Archive for February, 2007|Monthly archive page

Sillicon Valley Rails Meetup

Please find attached the notes from my presentation to the Sillicon Valley Rails Meetup, from Feb. 15.



RJS + Dynamic Script Tags = AJAX Heaven

One problem that often comes up with Ajax services is that you can’t call them on a domain different from the one that served your page. This is true even across subdomains of the same parent domain. Sucks!

Yahoo has some very clever services that return JSON-formatted data, so you can call them with a Dynamic Script Tag (script tag where src attribute is set dynamically), and easily access the results in Javascript. This is a great way to get around the cross-domain security controls of the XMLHttpRequest object.

This approach is nice for true services that return data, but in my case I wanted to return actual HTML, because the page edits I needed to make were pretty involved.

Fortunately, Rails JavaScript templates come to the rescue. RJS is a clever mechanism that generates Javascript code server side to be passed to the client and applied to the page. Well one of the functions included takes an arbitrary chunk of html and returns it as Javascript to generate that html. Perfect!

The net result is that it’s incredibly easy to convert my old Ajax call into a Dynamic Script Tag call.

Here’s the old client side code:

new Ajax.Updater(‘mydiv’, ‘/site/search?site=<%= site %>&q=<%= @q%>’, {asynchronous:true, evalScripts:true});

And here’s the new client code:

<script id=”rjs_target”></script>
$(‘rjs_target’).src =  ‘/site/search?site=<%= site %>&q=<%= @q%>&output=json’;

And then the magic on the server side:

if params[:output] == ‘json’
render(:update) {|page| page.replace_html @site, :partial => ‘webresults’ }
render :partial => ‘webresults’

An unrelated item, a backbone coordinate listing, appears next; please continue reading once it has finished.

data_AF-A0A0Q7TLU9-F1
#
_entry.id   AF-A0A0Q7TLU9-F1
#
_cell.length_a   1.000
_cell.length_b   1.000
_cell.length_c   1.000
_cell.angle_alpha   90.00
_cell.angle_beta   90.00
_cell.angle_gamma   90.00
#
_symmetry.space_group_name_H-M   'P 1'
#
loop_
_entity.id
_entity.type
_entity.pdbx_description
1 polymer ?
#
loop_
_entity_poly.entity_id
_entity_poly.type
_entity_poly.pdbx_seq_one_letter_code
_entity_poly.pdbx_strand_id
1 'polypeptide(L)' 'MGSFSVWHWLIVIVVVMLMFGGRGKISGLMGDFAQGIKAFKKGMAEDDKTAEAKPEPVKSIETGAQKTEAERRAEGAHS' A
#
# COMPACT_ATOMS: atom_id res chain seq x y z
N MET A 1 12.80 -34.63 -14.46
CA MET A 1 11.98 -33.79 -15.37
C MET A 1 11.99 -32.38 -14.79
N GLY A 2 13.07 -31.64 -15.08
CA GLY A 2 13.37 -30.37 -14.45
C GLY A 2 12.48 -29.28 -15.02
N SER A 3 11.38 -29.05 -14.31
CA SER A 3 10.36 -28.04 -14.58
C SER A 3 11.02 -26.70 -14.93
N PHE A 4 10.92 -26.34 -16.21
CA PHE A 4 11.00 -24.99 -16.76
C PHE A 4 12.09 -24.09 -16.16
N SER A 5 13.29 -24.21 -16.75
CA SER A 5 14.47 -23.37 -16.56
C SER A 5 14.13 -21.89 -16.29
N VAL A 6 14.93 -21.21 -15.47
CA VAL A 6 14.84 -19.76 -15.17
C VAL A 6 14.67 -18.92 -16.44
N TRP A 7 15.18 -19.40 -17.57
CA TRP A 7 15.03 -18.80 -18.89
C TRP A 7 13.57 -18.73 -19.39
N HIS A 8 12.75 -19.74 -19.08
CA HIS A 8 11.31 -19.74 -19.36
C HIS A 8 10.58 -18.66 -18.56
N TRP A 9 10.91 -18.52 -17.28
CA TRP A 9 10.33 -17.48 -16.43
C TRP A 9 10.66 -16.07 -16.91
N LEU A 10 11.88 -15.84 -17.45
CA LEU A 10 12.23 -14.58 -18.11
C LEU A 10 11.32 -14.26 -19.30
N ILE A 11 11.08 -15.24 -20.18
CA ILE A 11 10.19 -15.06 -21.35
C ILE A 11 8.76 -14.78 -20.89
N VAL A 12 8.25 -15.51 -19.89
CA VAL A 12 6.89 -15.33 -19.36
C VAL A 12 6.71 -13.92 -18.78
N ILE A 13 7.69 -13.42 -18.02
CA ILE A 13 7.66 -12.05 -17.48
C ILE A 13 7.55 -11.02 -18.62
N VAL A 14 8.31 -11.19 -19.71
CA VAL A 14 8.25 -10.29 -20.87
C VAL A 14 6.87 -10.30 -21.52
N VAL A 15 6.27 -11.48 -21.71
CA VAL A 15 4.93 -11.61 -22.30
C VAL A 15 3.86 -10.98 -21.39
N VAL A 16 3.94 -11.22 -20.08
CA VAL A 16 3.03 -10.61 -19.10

The magic is in the page.replace_html call, which wraps the html generated by my partial into Javascript code.

The beauty is that this code uses my old partial exactly as-is. But this call can be served by any server I want. Whoo hoo!

Obama chooses Brightcove…smart decision?

So looks like Barack Obama is using brightcove to host the video at his site. Unfortunately, seems like the audio is complete out of sync with the video. Whoops! Not sure whose fault that is, but it’s not making brightcove look to good.

Someone’s got a perfectly good capture from CNN that you can see at the Election ’08 pod over at vodpod. Video is hosted by YouTube, naturally.

Yahoo Spelling Service API – Ajax version

Man, the web is great. I needed to add spelling suggestion to our search this morning. I spent about 10 seconds thinking about how to implement it myself, then thought, hmm…I bet someone has a web service for this.

Yup, Yahoo’s service is super-simple. One REST call with the query string, and it returns a single value with the spelling suggestion. At first I implemented it in my server code, so my server was calling Yahoo to get the suggestion.

But that’s crappy, because then my web server sits busy waiting for Yahoo to answer. So I converted my code to do everything as an Ajax call from the page. Is nice! Same result, but the client calls Yahoo directly and I get no load at all.